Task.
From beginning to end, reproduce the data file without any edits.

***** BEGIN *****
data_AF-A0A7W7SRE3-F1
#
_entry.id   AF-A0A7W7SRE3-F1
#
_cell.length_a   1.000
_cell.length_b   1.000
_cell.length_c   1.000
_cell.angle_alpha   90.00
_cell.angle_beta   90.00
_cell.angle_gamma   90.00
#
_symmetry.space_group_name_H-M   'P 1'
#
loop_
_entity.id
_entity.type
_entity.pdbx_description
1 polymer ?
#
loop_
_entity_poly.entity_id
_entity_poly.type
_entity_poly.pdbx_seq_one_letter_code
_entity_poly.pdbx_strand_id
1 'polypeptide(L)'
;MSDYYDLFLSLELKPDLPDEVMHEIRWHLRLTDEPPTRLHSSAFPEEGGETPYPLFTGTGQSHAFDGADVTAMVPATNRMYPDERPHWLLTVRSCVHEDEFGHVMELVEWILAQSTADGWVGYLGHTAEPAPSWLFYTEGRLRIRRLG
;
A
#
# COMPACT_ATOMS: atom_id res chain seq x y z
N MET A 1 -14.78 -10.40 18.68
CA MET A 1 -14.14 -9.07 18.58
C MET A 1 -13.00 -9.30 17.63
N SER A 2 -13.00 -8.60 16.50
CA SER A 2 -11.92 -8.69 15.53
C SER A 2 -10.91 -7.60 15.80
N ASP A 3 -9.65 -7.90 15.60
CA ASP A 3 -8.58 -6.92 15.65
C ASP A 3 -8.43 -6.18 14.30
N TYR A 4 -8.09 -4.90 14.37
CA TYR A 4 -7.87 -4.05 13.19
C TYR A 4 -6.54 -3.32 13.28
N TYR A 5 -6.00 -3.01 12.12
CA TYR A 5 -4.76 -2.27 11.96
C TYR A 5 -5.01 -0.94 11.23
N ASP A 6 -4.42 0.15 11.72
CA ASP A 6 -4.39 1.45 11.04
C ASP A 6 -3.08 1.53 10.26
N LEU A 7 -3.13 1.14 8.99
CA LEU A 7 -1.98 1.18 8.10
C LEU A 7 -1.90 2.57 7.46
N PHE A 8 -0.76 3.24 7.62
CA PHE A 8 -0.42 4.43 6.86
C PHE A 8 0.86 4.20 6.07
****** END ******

data_AF-A0A7W7SRE3-F1
#
_entry.id   AF-A0A7W7SRE3-F1
#
_cell.length_a   1.000
_cell.length_b   1.000
_cell.length_c   1.000
_cell.angle_alpha   90.00
_cell.angle_beta   90.00
_cell.angle_gamma   90.00
#
_symmetry.space_group_name_H-M   'P 1'
#
loop_
_entity.id
_entity.type
_entity.pdbx_description
1 polymer ?
#
loop_
_entity_poly.entity_id
_entity_poly.type
_entity_poly.pdbx_seq_one_letter_code
_entity_poly.pdbx_strand_id
1 'polypeptide(L)'
;MSDYYDLFLSLELKPDLPDEVMHEIRWHLRLTDEPPTRLHSSAFPEEGGETPYPLFTGTGQSHAFDGADVTAMVPATNRMYPDERPHWLLTVRSCVHEDEFGHVMELVEWILAQSTADGWVGYLGHTAEPAPSWLFYTEGRLRIRRLG
;
A
#
# COMPACT_ATOMS: atom_id res chain seq x y z
N MET A 1 -14.78 -10.40 18.68
CA MET A 1 -14.14 -9.07 18.58
C MET A 1 -13.00 -9.30 17.63
N SER A 2 -13.00 -8.60 16.50
CA SER A 2 -11.92 -8.69 15.53
C SER A 2 -10.91 -7.60 15.80
N ASP A 3 -9.65 -7.90 15.60
CA ASP A 3 -8.58 -6.92 15.65
C ASP A 3 -8.43 -6.18 14.30
N TYR A 4 -8.09 -4.90 14.37
CA TYR A 4 -7.87 -4.05 13.19
C TYR A 4 -6.54 -3.32 13.28
N TYR A 5 -6.00 -3.01 12.12
CA TYR A 5 -4.76 -2.27 11.96
C TYR A 5 -5.01 -0.94 11.23
N ASP A 6 -4.42 0.15 11.72
CA ASP A 6 -4.39 1.45 11.04
C ASP A 6 -3.08 1.53 10.26
N LEU A 7 -3.13 1.14 8.99
CA LEU A 7 -1.98 1.18 8.10
C LEU A 7 -1.90 2.57 7.46
N PHE A 8 -0.76 3.24 7.62
CA PHE A 8 -0.42 4.43 6.86
C PHE A 8 0.86 4.20 6.07